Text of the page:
Rock began his career as a DJ more than 20 years ago. First as an electro DJ at all sorts of parties, later in the legendary Zurich club “Dachkantine”. But eventually, he went back to the music of his roots. To the music of the travellers that had accompanied him his whole life long, to the music of his soul, he being a traveller himself. Ever since, he calls himself simply Rock Gitano.

Rock Gitano has played in all the trendy clubs and venues in Zurich as well as throughout Switzerland; he can also look back on a number of regular gigs abroad, including Berlin, Munich and London.

Following on the heels of diverse collaborations and lengthy friendships with various touring bands and boozy club nights, Rock Gitano is now venturing a step further into pandemonium with the first compilation he has ever put together. Pandemonium Gitano is a perfect mix of Balkan folk songs, coupled with electronic beats and modern influences from the West. And when Rock issues the invitation to dance, then of course, they are all there: his buddies from Palko Muski, Gypsy punk legend Eugene Hütz with his cohorts from Gogol Bordello, the splendid Amsterdam Klezmer Band and other heroes from the global dancefloor. At times playfully electronic (Äl Jawala, Gypsy Sound System), at others organic with a groove (Terno feat. Mahala Rai Banda, Jaro Milko & the Cubalkanics), and always with just the right portion of punk (Russkaja, The Dreadnoughts). Fresh, lively music that makes you happy or as Rock himself says about his DJ sets, “It’s about love! It’s about peace! It’s about craziness!”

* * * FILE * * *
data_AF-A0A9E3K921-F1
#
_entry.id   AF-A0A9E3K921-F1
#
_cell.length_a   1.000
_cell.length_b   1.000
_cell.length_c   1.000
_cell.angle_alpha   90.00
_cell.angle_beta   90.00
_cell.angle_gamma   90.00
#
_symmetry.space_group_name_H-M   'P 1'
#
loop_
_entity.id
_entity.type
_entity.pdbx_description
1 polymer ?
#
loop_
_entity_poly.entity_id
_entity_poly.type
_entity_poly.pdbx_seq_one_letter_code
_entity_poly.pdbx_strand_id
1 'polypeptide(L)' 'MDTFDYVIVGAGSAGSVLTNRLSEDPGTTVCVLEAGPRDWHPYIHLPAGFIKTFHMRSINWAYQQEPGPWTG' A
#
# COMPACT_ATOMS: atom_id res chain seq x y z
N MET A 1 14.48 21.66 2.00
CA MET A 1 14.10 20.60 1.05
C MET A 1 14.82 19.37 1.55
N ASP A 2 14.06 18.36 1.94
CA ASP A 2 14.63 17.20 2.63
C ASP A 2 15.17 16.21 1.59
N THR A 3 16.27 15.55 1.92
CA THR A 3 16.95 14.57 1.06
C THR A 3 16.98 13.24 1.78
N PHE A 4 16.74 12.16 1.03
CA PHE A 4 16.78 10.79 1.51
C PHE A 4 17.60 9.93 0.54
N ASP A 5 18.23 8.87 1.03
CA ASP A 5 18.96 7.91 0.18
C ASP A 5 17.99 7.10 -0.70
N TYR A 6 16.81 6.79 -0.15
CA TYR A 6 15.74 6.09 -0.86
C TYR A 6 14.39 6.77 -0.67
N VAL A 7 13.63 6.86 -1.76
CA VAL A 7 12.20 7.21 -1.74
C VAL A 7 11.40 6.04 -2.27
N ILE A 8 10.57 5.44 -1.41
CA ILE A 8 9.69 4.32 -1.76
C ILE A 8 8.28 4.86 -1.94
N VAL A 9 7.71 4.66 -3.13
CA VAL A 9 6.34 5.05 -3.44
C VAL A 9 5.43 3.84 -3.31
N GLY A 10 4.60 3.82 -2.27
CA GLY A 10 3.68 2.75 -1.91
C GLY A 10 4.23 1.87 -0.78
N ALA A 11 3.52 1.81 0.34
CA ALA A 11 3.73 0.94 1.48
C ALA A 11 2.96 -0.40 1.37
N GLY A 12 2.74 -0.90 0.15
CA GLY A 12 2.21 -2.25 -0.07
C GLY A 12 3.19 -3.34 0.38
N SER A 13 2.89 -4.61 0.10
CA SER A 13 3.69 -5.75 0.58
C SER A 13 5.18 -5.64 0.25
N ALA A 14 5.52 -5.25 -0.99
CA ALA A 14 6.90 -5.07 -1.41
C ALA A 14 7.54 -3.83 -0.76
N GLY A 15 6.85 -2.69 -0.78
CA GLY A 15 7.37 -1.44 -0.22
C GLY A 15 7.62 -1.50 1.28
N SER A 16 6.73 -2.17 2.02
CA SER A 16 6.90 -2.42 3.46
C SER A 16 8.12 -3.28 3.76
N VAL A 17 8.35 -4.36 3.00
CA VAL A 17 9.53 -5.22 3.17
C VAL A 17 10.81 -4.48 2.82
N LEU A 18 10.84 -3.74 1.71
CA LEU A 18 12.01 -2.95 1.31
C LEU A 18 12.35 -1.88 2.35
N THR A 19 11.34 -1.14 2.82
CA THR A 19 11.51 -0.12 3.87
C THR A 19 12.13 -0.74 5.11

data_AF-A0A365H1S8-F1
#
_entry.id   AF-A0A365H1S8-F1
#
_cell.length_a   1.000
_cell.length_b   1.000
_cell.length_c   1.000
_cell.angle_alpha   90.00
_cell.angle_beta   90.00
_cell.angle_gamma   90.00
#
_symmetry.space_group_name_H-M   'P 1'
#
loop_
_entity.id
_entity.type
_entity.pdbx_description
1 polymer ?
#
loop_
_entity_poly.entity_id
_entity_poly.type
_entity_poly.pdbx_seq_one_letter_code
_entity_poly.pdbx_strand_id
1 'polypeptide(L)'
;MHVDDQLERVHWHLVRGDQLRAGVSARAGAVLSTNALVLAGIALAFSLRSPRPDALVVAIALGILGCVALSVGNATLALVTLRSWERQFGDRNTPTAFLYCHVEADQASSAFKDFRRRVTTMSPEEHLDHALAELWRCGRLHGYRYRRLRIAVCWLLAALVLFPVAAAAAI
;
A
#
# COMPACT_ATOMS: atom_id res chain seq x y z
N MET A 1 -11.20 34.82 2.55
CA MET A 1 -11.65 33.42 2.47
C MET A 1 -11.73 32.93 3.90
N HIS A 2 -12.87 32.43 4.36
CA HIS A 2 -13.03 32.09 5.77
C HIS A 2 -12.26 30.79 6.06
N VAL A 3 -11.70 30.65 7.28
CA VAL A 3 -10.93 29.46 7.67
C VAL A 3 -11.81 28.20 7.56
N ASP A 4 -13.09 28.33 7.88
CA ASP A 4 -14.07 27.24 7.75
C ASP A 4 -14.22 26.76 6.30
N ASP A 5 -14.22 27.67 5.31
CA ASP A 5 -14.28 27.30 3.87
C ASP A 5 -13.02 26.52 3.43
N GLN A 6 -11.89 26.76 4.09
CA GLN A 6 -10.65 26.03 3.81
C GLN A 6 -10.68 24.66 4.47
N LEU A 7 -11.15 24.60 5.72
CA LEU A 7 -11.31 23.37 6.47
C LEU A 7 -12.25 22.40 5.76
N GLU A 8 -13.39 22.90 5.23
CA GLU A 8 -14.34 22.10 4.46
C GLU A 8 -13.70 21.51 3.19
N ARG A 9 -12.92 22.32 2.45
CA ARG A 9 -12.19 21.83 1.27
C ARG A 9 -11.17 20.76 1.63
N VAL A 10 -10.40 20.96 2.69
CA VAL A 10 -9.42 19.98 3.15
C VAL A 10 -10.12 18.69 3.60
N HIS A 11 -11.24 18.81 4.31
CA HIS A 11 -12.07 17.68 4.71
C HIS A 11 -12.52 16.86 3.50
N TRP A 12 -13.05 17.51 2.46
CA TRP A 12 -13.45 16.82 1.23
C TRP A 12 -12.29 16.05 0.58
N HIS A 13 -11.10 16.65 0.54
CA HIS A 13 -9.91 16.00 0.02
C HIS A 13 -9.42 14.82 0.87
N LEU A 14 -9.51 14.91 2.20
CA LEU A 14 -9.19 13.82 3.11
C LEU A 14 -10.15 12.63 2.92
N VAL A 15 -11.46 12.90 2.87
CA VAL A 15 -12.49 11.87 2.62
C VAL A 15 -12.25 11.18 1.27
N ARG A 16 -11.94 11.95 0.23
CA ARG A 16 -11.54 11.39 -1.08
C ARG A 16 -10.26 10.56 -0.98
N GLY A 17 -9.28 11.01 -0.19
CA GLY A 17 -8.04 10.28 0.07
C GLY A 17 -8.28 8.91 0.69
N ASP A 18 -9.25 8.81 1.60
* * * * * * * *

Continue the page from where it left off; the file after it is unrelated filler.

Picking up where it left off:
The CD is published on Swiss indie label, Jasha!Records, which was just launched in 2016 with the mission of bringing Gypsy/Roma music closer to those who want to hear it.

Rock Gitano’s "Pandemonium Gitano" is available as a CD and digital download.

 

Tracklist

 

1. Palko Muski – This Way (Switzerland)

2. Terno feat. Mahala Rai Banda - Romani Gili (Poland/Romania) (Exclusive)

3. Boom Pam - Ars Meduplam (Israel)

4. Round Table Knights feat. Reverend Beat-Man – Cut to the Top (Switzerland)

5. Äl Jawala - Heart Overload (Pelletronica&Sumakari RMX) (Germany) (Exclusive Version)

6. Gogol Bordello – Pala Tute (USA)

7. Amsterdam Klezmer Band – A Sheine Velt (Radio Zwarte Cross Version) (Netherlands) (Exclusive Version)

8. Russkaja – Energia (Austria)

9. Offchestra – Bajram (Kosovo)

10. Gypsy Sound System - Press the Balls (Switzerland)

11. Gypsy Hill - Balkan Beast (UK)

12. Jaro Milko & the Cubalkanics (Switzerland) (Exclusive)

13. Jaakko Laitinen & Väärä Raha - Murhamiesten Markkinoilla (Finnland) (Exclusive)

14. Haris Pilton & Gypsy Sound System – Gitanos (Switzerland)

15. Kumpania Algazarra – Pudim (Portugal)

16. The Dreadnoughts - Polka Never Dies (Canada)

 

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My name is Toby Tobias, a South African born singer-songwriter living in Northport, LI. 


I have started a new grassroots World Music venue here in Northport Long Island, NY called The Sweet Spot @ Cucina ‘D’. Currently we are scheduling musical performances on a weekly basis. 

Our inaugural show was on March 19, 2014 and London-born, New York-based songwriter, Rupert Wates, performed for a very enthusiastic crowd. 

On April 19, 2014, my band, The Toby Tobias Ensemble, opened for the Bakithi Kumalo Trio .

Our next event was Saturday night June 7, 2014. We had the Celtic band, The Prodigals performing alongside Eliana Marcia & Bando Azul, an Afro/Samba band from Sao Paolo.

Unfortunately we needed to move the location of the venue and I have found the perfect spot in Northport L.I. We have renamed our venue, known now as ‘The Sweet Spot @ Cucina ‘D’, a beautiful and quaint restaurant where we will provide